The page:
Open-source at
Melbourne Design Week

We re-use and recycle code to produce beautiful, effective websites while reducing waste and sharing knowledge.

Project overview

We were asked by the clients, Circular Open exhibition producers E tu and Ulla-Britta Westergren, to produce a website that reflected their strong focus on circular design, repurposing and knowledge sharing.

To us, open source – both the coding and the ethos behind the community – is the ultimate circular system.

Symbiote has always used and contributed to open source technologies, finding it satisfying to share things we’ve enhanced or improved, and to benefit from other developers’ excellent code. 

We loved the Circular Open project proposal because the designers’ ethos of design resilience and the reusable nature of materials dove-tailed with our own values and approach. Read more about the project's manifesto here.

“When we thought about the connection between what we do and what designers across architecture, industrial, textiles and fashion design do, we realised that, while they work with actual material, for us, code is our material.”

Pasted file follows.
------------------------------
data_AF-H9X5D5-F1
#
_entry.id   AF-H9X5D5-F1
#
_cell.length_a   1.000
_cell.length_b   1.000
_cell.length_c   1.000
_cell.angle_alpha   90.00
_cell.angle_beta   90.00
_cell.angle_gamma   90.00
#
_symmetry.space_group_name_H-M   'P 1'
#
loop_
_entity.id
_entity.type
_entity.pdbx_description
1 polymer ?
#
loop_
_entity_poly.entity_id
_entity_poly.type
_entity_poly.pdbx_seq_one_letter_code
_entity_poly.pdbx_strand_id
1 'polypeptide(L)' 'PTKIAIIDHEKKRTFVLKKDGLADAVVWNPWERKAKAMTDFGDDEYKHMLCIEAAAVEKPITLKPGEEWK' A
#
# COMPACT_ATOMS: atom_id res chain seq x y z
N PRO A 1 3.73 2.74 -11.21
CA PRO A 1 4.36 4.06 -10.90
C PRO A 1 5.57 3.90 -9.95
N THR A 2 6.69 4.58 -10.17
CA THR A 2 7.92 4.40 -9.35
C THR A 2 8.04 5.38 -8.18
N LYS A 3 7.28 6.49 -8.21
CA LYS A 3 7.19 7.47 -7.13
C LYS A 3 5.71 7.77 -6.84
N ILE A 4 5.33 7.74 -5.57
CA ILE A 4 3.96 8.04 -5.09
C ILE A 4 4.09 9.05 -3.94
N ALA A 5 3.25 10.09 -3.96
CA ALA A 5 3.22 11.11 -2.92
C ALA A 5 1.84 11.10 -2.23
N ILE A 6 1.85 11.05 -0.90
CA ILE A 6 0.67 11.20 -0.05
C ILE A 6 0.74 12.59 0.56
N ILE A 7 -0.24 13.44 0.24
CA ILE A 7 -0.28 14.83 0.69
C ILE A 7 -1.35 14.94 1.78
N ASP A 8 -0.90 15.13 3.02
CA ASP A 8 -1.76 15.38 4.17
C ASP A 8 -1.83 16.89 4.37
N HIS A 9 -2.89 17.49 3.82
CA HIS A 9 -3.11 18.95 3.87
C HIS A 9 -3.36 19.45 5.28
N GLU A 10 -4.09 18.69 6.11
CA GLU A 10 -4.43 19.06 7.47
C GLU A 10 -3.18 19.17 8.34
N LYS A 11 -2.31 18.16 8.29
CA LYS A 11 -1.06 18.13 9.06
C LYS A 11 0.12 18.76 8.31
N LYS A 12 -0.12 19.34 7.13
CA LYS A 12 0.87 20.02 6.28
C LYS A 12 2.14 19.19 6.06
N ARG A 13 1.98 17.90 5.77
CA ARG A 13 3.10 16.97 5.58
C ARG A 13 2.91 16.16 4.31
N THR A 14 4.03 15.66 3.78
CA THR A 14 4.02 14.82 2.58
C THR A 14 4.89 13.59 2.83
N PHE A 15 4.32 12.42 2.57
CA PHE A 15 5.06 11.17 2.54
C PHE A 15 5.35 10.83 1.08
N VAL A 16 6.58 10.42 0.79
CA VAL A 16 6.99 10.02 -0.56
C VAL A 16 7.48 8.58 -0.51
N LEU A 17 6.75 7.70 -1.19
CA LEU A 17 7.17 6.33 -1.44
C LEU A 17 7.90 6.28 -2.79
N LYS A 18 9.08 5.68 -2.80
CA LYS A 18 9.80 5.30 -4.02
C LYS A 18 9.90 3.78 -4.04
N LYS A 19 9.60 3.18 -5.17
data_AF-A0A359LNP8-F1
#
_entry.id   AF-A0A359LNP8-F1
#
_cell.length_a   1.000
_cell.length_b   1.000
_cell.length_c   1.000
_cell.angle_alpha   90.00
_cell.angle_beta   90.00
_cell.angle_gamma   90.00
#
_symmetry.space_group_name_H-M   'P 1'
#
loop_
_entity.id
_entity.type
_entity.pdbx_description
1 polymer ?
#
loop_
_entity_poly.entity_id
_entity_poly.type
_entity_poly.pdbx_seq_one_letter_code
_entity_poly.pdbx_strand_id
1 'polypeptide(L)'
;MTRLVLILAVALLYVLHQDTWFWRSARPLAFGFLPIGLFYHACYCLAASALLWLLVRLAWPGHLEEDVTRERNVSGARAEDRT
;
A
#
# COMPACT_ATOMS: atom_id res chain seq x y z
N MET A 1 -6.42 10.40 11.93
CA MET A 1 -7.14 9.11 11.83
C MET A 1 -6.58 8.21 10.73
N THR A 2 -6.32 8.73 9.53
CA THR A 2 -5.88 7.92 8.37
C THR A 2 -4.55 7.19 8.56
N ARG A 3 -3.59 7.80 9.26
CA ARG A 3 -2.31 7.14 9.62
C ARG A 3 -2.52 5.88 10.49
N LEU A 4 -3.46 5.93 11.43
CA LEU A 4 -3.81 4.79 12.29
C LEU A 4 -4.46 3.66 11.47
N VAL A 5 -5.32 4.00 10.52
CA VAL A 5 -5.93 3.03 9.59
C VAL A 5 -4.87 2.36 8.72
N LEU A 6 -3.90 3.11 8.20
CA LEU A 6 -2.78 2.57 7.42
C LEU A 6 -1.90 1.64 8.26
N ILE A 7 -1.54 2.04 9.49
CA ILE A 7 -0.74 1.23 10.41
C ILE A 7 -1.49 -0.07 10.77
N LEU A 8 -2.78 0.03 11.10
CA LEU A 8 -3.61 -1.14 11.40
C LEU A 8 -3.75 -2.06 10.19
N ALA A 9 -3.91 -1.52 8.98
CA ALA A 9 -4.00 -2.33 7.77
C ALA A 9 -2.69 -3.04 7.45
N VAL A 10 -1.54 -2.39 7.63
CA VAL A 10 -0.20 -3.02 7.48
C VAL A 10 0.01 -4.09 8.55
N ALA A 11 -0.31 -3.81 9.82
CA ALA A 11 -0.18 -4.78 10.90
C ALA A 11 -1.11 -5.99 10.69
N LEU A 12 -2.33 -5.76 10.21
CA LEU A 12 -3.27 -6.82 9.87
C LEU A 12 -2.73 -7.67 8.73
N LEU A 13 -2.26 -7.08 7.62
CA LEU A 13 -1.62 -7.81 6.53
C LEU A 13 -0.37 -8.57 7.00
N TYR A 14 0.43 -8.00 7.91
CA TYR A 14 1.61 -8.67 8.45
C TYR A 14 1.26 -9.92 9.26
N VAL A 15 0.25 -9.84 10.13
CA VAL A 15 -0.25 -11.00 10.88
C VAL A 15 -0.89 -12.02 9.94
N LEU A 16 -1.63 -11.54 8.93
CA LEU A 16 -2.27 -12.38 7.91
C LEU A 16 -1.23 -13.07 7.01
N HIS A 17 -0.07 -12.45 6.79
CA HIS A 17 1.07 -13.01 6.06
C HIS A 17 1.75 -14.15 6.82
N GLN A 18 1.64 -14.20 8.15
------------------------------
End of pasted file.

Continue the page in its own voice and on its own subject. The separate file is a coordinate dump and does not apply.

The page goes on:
Code’s a material that brings colour, design, sound, movement, ideas, information and human connection into people’s lives, via their digital devices.

To us, code isn’t dull strings of symbols on a screen, it’s a series of rich languages – languages with libraries we write, edit and borrow from. These languages tell machines how to help human beings to make and share things, save time, find information, solve problems and talk to other people. 

So, seeing the connection between the design industry and our own, was fascinating. People are the priority in both industries. 

The end result of this project was a slick, gorgeous website that we created using Larvel-based PyroCMS. And, satisfyingly, by using this relatively new framework we are able to share and make the entire code of the website available to the PyroCMS community and to anyone who wants a fully working example website.

Value alignment